February 26, 2011
Posted: 1413 GMT
The International Cricket Council has decided that the 2015 World Cup will involve just 10 teams – four fewer than this year.
It’s a decision which has been endorsed by Australia captain Ricky Ponting, who believes the so-called "minnows" of the game just aren’t competitive enough and that one-sided matches compromise the tournament.
Cricket is a massive sport, but its popularity is restricted to certain pockets in the world. For many people outside these areas, the game is like a foreign language – very difficult to understand. So shouldn’t organizers be trying to encourage cricket's global growth rather than discourage it? It is called the "World" Cup, after all!
Yes, Kenya and Canada were crushed in their opening matches, but the Netherlands did themselves extremely proud by giving heavyweights England a real scare.
By having some of the lesser cricket nations involved, it’s simply more interesting because it’s not just about the usual suspects. It adds the element of the unknown, and keeps the Test nations on their toes!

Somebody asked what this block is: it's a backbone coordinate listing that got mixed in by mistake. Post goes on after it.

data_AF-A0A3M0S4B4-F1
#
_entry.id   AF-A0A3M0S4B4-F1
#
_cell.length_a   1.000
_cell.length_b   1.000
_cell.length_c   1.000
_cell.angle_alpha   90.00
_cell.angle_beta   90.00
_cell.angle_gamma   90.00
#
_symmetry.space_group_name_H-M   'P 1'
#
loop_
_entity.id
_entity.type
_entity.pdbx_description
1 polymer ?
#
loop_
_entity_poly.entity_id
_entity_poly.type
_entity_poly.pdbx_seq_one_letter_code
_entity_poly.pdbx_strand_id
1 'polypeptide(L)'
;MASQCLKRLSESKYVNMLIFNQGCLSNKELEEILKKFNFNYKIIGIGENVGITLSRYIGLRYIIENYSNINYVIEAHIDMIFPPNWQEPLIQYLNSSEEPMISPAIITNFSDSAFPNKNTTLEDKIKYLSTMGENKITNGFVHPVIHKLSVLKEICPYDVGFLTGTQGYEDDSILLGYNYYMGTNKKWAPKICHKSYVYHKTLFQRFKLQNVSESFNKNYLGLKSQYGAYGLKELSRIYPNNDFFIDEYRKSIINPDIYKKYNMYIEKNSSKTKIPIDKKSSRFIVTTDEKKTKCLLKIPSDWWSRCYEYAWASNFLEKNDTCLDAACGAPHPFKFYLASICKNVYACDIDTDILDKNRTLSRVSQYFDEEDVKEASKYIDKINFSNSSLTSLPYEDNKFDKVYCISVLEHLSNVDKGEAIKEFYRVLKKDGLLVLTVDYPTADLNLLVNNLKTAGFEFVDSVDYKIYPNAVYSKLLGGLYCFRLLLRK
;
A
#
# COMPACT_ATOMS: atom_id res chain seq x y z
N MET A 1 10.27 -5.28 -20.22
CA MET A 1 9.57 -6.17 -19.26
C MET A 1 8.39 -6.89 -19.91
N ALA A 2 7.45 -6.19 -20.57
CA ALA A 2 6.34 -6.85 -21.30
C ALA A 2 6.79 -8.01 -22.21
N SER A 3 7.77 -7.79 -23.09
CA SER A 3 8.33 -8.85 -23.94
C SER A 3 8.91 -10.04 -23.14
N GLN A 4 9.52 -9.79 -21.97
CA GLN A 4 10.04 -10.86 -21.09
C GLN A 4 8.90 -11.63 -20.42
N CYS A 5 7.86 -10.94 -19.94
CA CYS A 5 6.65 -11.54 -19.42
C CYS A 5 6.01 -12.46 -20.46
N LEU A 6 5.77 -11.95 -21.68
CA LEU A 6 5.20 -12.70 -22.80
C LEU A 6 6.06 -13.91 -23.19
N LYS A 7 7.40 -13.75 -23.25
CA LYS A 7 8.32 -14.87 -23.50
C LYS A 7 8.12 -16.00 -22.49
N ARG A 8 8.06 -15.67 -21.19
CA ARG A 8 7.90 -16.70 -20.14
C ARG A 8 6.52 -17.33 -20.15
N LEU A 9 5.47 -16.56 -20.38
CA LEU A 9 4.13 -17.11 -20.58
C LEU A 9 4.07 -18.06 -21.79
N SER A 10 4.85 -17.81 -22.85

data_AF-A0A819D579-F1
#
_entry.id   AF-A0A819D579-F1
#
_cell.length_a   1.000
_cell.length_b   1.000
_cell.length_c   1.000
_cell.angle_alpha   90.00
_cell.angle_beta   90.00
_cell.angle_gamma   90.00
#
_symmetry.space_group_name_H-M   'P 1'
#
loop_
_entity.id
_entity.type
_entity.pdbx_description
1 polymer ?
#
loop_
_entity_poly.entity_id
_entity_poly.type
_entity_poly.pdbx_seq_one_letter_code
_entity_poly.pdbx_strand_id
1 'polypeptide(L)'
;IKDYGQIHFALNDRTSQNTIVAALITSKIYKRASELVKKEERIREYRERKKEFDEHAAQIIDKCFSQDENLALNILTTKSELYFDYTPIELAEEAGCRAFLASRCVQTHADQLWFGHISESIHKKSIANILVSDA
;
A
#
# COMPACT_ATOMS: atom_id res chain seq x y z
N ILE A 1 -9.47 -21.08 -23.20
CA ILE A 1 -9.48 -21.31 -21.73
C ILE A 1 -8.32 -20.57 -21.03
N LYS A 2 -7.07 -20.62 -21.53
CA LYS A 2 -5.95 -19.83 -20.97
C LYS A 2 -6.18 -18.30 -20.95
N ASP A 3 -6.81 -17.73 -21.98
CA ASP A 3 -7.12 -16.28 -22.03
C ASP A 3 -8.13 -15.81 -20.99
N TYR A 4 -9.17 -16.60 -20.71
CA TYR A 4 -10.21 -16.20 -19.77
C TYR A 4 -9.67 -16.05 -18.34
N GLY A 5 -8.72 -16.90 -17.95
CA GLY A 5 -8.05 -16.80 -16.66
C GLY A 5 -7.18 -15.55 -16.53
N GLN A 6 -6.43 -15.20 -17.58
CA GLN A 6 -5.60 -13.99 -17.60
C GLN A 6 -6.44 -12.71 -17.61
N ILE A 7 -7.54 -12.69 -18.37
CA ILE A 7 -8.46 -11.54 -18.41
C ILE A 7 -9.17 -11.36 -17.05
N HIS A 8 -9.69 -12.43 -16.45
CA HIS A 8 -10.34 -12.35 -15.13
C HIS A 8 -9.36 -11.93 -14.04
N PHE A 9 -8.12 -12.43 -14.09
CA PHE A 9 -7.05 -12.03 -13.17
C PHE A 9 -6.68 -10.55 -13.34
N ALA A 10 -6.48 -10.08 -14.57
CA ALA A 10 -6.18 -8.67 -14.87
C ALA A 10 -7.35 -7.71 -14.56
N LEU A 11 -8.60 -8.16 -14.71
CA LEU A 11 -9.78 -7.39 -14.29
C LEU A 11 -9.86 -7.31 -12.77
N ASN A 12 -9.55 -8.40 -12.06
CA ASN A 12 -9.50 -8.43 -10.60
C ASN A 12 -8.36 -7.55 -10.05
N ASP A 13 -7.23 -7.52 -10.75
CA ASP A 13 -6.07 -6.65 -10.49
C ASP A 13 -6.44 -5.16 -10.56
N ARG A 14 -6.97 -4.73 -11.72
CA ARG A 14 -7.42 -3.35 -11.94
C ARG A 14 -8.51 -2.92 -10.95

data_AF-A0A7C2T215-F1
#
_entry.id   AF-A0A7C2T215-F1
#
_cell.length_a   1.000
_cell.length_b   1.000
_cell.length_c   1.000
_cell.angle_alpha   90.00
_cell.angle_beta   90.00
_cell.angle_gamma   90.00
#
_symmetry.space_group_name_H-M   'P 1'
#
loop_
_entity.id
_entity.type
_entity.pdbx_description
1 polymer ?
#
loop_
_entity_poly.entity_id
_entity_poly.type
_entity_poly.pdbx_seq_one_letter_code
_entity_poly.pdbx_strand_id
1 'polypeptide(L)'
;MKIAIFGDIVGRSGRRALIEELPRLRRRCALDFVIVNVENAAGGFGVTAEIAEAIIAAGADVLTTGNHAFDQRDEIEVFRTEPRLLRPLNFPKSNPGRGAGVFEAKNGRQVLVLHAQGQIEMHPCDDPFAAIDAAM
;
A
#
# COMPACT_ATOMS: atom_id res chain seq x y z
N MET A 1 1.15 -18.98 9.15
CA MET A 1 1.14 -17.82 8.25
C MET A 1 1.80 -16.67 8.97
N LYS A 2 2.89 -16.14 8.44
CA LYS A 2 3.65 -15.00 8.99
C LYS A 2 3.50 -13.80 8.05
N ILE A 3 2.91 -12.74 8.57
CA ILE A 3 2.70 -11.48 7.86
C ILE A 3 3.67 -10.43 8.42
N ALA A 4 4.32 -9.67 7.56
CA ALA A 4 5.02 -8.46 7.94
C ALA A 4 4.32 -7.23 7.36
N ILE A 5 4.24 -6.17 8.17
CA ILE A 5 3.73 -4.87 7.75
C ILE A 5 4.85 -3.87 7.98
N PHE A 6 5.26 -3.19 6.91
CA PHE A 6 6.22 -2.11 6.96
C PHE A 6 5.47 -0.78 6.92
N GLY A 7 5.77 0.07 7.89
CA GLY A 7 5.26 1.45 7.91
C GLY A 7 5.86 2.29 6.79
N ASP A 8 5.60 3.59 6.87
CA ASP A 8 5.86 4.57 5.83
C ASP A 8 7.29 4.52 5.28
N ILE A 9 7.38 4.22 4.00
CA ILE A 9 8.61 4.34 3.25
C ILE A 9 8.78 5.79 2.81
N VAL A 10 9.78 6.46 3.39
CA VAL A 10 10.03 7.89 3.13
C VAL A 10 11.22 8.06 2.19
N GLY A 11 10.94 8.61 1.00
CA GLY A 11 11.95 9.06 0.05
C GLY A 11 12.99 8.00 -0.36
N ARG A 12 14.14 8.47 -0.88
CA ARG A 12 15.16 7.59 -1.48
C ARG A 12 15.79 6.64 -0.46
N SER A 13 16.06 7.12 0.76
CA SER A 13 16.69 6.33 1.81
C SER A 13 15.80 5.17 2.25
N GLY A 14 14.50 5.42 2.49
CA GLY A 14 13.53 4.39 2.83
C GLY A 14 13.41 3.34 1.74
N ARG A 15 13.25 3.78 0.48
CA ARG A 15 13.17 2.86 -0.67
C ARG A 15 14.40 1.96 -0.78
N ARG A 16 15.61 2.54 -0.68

Ponting says he’s not sure how much a team can learn from being on the receiving end of a thumping – but I don’t agree. I’m sure that Kenya took quite a lot from the 10-wicket loss to New Zealand, despite scoring only 69 runs, and will come out stronger and more experienced next time. At least they’ll get the chance to show what they can do. At the next tournament in Australia and New Zealand four years from now, they’ll likely be watching from afar.
As a trade-off, the ICC has said the World Twenty20 competition will expand to include more nations – but as any cricket fan knows, this form of the game is more for entertainment value than anything else. It’s short, sweet and spectacular – but not cricket in its purest form and it's not going to help produce top-level one-day or Test cricketers.
So the longer forms of the game will continue to be dominated by the same old teams, and the gap between rich and poor will grow larger. How can the Associate nations compete when they are not given a chance to play on the global stage against the best teams in the world? What motivation will children from these countries have to play cricket?
The minnows likely wouldn’t be minnows if they played the bigger teams on a more regular basis. I would argue that just playing at the World Cup isn’t enough – but for the ICC it seems to be too much!